EQ. Tower, a new 63 level, 632 apartment tower complex designed by Elenberg Fraser for Melbourne’s northern CBD precinct showcases the latest in software tools, materials and assembly methods.

ICD Property will develop the building and said the brief required delivering an abundance of natural light to all 632 apartments housed in the 202 metre building. Architects Elenberg Fraser addressed this request by setting the tower back from the site’s boundaries by an average of 8.5m and by using a parametric equation to enable the unique curves of the building design.

The firm utilised a parametrically controlled design tool to analyse weather patterns, sunlight, views and apartment usage to ensure no space in the apartment building was underutilised and natural light could be delivered to all living and bedroom spaces.

Elenberg Fraser’s design director, Igor Kebel said that the design was one of the smartest external assemblies in Australia.

“The design caters towards wind and natural lighting vectors, while the unique angling of the facade and parametric external patterns maximise view lines out towards the bay and surrounding CBD,” he said.

The façade of the tower also incorporates a new glazing prototype, which project architect Jeremy Schluter said would change the way public onlookers would interact with the building at street level and beyond.

“We are excited to be using some of the latest generation of glazing technology on Eq. Tower, which will assist in providing a more even distribution of temperature resulting in lower energy costs for residents over the life of their apartment,” explained Schluter.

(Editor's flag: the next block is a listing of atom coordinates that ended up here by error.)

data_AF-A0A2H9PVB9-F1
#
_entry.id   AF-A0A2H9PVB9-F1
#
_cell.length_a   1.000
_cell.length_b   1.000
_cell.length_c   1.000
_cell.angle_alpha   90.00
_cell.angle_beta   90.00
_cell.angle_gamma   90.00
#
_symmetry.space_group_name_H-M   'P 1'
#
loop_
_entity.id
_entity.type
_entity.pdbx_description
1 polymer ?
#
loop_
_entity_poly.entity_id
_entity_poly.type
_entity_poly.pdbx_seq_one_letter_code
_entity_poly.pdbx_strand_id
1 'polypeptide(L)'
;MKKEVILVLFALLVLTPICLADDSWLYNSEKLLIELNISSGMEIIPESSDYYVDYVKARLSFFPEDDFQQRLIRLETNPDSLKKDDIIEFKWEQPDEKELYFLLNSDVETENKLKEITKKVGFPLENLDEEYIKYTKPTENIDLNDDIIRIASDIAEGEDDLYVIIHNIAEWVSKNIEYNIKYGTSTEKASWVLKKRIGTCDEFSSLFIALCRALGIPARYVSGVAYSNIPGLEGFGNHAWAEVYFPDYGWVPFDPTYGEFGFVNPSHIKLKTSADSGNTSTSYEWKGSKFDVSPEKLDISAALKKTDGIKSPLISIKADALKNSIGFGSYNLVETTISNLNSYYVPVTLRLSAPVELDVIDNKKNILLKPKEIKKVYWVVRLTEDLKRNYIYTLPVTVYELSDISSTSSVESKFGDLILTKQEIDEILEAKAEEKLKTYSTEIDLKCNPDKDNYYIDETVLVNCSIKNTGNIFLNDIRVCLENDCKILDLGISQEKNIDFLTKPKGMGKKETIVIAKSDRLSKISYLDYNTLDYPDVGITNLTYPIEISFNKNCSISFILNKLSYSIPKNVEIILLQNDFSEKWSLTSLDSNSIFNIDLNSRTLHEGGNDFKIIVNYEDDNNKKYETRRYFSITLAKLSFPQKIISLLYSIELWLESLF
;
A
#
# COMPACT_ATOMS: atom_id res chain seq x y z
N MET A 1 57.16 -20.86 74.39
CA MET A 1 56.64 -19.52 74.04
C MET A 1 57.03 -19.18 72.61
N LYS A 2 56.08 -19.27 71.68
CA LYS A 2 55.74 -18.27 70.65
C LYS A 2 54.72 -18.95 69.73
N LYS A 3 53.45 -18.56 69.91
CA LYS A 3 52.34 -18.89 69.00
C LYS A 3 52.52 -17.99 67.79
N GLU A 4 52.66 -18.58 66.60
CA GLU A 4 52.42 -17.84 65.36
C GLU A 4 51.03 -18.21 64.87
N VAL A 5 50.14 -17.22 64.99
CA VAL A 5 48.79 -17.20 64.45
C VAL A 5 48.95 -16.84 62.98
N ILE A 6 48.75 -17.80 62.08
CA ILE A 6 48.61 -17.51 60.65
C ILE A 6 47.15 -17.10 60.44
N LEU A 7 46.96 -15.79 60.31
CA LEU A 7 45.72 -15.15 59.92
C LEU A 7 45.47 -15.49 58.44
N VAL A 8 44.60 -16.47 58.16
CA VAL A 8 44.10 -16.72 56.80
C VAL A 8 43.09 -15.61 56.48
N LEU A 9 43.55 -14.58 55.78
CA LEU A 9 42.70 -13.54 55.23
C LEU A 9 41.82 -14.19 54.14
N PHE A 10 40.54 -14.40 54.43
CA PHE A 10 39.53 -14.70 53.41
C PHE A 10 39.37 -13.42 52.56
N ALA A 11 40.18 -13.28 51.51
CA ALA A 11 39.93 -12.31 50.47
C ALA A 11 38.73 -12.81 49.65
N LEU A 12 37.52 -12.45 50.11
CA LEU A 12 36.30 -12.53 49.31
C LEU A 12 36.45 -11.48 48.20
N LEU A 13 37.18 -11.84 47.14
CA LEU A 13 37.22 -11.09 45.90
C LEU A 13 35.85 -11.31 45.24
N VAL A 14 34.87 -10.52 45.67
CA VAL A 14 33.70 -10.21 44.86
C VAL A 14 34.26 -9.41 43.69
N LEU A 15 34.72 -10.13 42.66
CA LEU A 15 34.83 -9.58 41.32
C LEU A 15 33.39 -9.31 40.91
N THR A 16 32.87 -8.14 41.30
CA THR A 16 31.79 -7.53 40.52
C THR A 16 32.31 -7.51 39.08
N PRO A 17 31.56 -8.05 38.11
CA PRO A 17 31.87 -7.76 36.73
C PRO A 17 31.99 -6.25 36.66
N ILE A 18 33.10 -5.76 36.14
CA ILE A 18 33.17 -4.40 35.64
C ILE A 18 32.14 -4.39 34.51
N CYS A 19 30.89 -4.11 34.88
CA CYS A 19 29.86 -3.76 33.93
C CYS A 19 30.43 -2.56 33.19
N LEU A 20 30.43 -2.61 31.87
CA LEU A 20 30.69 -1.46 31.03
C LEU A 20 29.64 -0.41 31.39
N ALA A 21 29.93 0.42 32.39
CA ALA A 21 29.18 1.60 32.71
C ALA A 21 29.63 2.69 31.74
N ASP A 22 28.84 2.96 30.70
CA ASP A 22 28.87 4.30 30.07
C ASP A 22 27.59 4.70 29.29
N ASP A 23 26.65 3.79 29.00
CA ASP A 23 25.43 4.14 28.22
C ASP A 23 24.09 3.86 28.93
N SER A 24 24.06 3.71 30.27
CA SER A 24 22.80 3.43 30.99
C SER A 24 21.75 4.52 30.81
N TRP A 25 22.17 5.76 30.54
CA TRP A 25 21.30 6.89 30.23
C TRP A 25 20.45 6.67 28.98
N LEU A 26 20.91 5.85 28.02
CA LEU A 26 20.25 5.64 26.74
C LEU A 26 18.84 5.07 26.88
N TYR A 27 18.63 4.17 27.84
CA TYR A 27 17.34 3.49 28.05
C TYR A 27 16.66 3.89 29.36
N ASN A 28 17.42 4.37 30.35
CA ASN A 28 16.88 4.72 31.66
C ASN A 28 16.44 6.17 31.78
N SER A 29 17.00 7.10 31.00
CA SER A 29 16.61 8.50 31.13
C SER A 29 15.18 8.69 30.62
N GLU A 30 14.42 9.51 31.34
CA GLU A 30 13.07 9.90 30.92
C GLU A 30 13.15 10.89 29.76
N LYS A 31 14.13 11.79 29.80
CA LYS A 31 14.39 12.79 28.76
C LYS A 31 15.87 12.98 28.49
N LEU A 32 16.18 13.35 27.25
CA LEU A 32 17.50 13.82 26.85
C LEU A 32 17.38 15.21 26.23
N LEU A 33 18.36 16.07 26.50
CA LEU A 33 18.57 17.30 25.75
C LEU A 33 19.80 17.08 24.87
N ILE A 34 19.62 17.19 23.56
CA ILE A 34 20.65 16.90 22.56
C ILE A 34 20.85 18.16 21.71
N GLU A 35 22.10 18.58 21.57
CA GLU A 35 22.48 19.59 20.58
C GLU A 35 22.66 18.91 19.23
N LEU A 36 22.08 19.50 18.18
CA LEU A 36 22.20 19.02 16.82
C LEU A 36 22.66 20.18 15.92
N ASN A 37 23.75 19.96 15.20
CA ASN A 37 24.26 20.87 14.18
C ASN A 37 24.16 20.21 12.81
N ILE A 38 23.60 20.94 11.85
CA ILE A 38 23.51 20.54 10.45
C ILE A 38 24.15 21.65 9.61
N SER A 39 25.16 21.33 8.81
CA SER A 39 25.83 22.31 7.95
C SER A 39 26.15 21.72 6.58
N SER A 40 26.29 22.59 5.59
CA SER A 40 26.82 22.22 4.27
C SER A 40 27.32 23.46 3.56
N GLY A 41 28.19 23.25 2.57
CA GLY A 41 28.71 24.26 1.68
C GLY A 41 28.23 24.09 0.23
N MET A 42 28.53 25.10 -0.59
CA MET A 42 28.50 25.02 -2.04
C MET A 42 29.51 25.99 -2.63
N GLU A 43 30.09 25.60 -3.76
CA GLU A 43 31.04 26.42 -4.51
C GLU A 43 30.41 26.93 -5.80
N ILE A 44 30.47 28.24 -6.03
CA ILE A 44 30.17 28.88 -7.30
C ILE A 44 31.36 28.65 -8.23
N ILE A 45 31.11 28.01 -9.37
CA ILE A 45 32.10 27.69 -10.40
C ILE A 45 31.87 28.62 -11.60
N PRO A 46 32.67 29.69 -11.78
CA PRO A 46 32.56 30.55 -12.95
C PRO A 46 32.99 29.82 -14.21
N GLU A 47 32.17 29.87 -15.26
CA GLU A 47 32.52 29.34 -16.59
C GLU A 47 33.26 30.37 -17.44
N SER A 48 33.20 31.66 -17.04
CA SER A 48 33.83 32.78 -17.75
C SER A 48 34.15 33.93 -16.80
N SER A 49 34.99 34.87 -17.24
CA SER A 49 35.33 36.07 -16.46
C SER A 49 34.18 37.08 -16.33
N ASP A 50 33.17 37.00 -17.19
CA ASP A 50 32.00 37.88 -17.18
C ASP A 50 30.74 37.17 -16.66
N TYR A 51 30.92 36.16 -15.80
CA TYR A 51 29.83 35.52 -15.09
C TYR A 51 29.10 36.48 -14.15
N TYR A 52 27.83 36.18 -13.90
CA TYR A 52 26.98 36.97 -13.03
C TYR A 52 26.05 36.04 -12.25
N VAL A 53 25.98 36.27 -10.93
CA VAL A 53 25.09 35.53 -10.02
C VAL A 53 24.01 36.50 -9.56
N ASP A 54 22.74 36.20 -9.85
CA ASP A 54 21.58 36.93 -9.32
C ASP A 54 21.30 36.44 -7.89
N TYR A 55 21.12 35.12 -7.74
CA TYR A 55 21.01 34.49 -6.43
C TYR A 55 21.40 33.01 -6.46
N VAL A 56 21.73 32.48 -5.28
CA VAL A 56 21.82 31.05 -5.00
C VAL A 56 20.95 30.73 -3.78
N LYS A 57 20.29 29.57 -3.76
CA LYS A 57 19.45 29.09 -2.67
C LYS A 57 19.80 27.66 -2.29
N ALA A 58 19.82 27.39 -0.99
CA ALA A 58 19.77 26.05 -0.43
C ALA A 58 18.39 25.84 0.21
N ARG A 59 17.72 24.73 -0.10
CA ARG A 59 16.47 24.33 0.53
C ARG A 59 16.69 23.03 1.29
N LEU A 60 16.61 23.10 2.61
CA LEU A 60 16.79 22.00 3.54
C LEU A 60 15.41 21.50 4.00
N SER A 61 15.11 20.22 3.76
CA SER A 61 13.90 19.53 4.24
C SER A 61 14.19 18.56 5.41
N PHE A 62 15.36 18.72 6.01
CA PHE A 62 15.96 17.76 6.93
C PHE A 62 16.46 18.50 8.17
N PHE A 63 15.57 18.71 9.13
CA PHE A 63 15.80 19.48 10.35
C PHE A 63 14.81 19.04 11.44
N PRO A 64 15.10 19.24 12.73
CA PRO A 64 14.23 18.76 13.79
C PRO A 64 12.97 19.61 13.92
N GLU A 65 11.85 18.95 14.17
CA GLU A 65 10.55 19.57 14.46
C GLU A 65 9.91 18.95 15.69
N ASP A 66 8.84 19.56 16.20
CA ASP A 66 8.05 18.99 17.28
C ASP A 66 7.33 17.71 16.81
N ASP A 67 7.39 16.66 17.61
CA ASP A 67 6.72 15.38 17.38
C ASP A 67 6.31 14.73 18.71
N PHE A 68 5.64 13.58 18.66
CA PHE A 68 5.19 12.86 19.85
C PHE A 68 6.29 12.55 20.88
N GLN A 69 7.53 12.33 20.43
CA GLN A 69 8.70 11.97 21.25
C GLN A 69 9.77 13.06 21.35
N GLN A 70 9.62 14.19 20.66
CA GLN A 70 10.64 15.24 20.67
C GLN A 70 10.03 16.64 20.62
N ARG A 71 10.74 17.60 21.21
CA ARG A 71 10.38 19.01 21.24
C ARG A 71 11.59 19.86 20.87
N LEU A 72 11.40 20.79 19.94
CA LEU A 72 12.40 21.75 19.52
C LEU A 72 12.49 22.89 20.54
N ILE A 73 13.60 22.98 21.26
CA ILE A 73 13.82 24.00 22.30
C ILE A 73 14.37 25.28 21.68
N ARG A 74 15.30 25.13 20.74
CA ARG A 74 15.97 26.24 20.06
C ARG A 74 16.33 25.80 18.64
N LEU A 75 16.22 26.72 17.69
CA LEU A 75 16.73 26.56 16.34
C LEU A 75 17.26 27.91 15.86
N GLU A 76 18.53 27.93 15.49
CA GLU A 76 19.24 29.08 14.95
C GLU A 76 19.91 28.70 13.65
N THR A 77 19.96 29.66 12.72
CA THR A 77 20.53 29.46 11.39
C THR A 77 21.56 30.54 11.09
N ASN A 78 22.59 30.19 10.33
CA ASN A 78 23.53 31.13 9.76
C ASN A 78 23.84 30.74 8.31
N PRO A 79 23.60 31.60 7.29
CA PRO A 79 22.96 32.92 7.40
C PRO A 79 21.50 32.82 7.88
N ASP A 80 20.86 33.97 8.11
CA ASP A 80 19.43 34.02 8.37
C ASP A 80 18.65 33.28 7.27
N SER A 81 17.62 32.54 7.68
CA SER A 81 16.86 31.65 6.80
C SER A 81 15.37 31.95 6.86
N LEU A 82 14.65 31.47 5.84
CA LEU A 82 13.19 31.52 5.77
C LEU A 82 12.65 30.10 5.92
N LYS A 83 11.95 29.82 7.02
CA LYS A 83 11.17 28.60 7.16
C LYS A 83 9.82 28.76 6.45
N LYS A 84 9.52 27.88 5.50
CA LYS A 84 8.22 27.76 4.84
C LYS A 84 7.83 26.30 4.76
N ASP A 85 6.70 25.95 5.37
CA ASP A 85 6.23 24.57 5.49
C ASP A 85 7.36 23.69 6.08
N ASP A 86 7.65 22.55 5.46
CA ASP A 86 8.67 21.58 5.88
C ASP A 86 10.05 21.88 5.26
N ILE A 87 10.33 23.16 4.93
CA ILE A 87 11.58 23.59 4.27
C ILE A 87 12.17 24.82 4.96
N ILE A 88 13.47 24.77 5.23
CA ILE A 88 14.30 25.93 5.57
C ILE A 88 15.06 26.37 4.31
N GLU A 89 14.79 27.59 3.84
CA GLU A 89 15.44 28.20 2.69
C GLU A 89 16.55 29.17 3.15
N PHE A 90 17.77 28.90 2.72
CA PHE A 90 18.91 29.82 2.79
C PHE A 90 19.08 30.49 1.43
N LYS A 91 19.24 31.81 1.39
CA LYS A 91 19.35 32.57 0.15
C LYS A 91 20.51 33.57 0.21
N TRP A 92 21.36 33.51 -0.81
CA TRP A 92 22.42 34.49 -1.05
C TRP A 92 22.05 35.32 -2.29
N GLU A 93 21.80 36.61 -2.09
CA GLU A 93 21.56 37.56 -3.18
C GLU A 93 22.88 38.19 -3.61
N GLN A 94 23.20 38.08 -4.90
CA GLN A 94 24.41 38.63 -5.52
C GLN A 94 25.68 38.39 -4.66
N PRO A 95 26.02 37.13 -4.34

“The coating within the double glazed panels means the facade reflects the sun and surrounding context at different angles and times of the day to produce a transition of colours vertically up the building. The effect is dynamic and ever-changing as you experience the building from close by within the street and from afar on the skyline.”

The building shape is also unique and is comprised of three distinct segments – low-rise, transitional and high-rise sections.

The floor plate of the building changes across the three sections with the larger low-level rising to a more slender high rise section of the tower.

The low-rise section rises 24m over seven levels and includes an 8.5m setback to alleviate the ‘canyon effect’ felt by pedestrians within the immediate area.

The project continues the recent wave of high-density residential development in Melbourne’s CBD, which ICD describes as a move towards shaping the city as a truly international metropolis.

“We see Melbourne as an international city both in terms of recognition and size, which is why we have chosen to benchmark Eq. Tower on international markets like Hong Kong and Singapore rather than local competition, to ensure we can align the project with rapidly changing expectations of vertical living,” he said.

Similarly, Kebel also described the project design as influenced by the redefinition of the cosmopolitan new world and one that looked to international rather than local markets to deliver a benchmark design for the future of Melbourne.

“The project is a teaser for Melbourne’s CBD urban future – this city has the potential to be a glittering star in the galaxy of South-East Asian cities,” He said.

This building has been popular with both local and overseas buyers with the building reaching over 90 per cent sold in a matter of weeks.